MEDIRL is a framework for modeling the visual attention allocation of drivers in imminent rear-end collisions. MEDIRL is composed of visual, driving, and attention modules. Given a front-view driving video and corresponding eye fixations from humans, the visual and driving modules extract generic and driving-specific visual features, respectively. Finally, the attention module learns the intrinsic task-sensitive reward functions induced by eye fixation policies recorded from attentive drivers. MEDIRL uses the learned policies to predict visual attention allocation of drivers. We also introduce EyeCar, a new driver visual attention dataset during accident-prone situations. We conduct comprehensive experiments and show that MEDIRL outperforms previous state-of-the-art methods on driving task-related visual attention allocation on the following large-scale driving attention benchmark datasets: DR(eye)VE, BDD-A, and DADA-2000.

Project Overview

EyeCar Dataset: We select 21 front-view videos that were captured in various traffic, weather, and day light conditions. Each video is 30sec in length and contains typical driving tasks (e.g., lane-keeping, merging-in, and braking) ending to rear-end collisions. Note that all the conditions were counterbalanced among all the participants. Moreover, EyeCar provides information about the speed and GPS of the ego-vehicle. In addition, each video frame comprises 4.6 vehicles on average, making EyeCar driving scenes more complex than other visual attention datasets. The EyeCar dataset contains 3.5h of gaze behavior (aggregated and raw) from the 20 participants, as well as more than 315,000 rear-end collisions video frames. In EyeCar dataset, we account for the sequence of eye fixations, and thus we emphasize on attention shift to the salient regions in a complex driving scene. EyeCar also provides a rich set of annotations(e.g., scene tagging, object bounding, lane marking, etc.). Compared to prior datasets, EyeCar is the only dataset captured from a point-of-view (POV) perspective, involving collisions, and including metadata for both speedand GPS. EyeCar also has the largest average number of vehicles per scene, and gaze data for 20 participants.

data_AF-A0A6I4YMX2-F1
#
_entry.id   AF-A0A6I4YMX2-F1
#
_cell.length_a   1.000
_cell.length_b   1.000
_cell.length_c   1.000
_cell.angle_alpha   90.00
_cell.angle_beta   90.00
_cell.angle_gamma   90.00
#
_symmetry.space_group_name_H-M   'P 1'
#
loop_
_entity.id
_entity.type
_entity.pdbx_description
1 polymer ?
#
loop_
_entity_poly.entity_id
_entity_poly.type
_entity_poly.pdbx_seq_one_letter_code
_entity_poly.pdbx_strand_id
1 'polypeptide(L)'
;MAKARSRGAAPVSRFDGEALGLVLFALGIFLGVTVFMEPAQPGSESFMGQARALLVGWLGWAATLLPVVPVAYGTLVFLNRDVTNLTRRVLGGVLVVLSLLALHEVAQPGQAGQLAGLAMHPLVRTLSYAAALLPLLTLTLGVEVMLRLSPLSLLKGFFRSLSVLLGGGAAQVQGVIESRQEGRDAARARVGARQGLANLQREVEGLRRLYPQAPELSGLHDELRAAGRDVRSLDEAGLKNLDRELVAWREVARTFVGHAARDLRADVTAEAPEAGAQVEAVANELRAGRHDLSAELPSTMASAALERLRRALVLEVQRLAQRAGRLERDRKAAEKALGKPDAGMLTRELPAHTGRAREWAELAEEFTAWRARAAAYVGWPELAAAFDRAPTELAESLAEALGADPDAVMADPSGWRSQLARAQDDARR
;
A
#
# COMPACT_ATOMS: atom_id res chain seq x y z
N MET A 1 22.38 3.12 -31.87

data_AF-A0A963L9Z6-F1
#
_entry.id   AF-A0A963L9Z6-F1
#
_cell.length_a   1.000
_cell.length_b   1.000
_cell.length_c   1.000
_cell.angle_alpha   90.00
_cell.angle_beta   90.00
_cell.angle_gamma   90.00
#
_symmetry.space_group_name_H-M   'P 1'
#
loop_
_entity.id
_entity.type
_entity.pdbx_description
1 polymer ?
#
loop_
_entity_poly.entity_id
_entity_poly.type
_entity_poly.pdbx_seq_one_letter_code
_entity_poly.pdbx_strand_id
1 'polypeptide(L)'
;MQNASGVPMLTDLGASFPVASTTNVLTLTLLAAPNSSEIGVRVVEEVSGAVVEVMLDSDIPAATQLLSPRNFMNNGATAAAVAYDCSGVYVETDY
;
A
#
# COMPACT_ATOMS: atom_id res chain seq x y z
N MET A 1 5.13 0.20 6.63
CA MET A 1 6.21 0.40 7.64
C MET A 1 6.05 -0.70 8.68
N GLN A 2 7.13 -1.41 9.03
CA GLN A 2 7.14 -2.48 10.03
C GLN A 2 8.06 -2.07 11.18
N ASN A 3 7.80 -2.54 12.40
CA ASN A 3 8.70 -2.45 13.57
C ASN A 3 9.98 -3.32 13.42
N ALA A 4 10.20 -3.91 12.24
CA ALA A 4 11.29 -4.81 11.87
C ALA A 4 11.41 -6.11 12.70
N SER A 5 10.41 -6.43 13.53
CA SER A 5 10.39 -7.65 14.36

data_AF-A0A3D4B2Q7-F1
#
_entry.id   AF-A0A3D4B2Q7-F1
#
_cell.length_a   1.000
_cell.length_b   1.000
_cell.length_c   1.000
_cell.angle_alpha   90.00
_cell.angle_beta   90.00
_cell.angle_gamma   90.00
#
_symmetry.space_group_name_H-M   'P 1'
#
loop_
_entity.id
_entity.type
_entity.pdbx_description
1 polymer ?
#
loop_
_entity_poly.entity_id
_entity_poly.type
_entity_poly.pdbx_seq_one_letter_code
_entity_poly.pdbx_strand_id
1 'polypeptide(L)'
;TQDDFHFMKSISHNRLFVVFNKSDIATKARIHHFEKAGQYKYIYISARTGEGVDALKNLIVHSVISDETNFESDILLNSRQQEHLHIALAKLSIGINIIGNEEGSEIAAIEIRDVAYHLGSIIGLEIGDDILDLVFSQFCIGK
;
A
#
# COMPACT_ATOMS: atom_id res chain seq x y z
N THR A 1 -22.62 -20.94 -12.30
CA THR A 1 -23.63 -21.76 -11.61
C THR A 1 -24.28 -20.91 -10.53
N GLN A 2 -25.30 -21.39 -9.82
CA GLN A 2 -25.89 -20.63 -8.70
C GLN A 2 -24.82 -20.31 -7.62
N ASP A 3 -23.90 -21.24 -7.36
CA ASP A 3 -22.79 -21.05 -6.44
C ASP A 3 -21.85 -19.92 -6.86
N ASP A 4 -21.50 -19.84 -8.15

EyeCar dataset

MEDIRL - Module 1. The visual module: The visual module extracts low and mid-level visual cues that are useful for a variety of visual attention tasks. We rely on pre-existing models for semantic and instance segmentation, as well as depth estimation. In addition, we propose an approach to detect brake lights and traffic lights.

visual module

MEDIRL - Module 2. The driving module: The driving module extracts driving-specific visual features for driving tasks.

driving module

MEDIRL - Module 3. The attention module: Drivers pay attention to the task-related regions of the scene to filter out irrelevant information and ultimately make optimal decisions. Drivers do this with a sequence of eye fixations. To learn this process in various driving tasks ending in rear-end collisions, we cast it as a maximum inverse reinforcement learning approach.

attention module

Some results:




  title={EyeCar: Modeling the Visual Attention Allocation of Drivers in Semi-Autonomous Vehicles},
  author={Baee, Sonia and Pakdamanian, Erfan and Roman, Vicente Ordonez and Kim, Inki and Feng, Lu and Barnes, Laura},
  booktitle={arXiv preprint arXiv:1912.07773},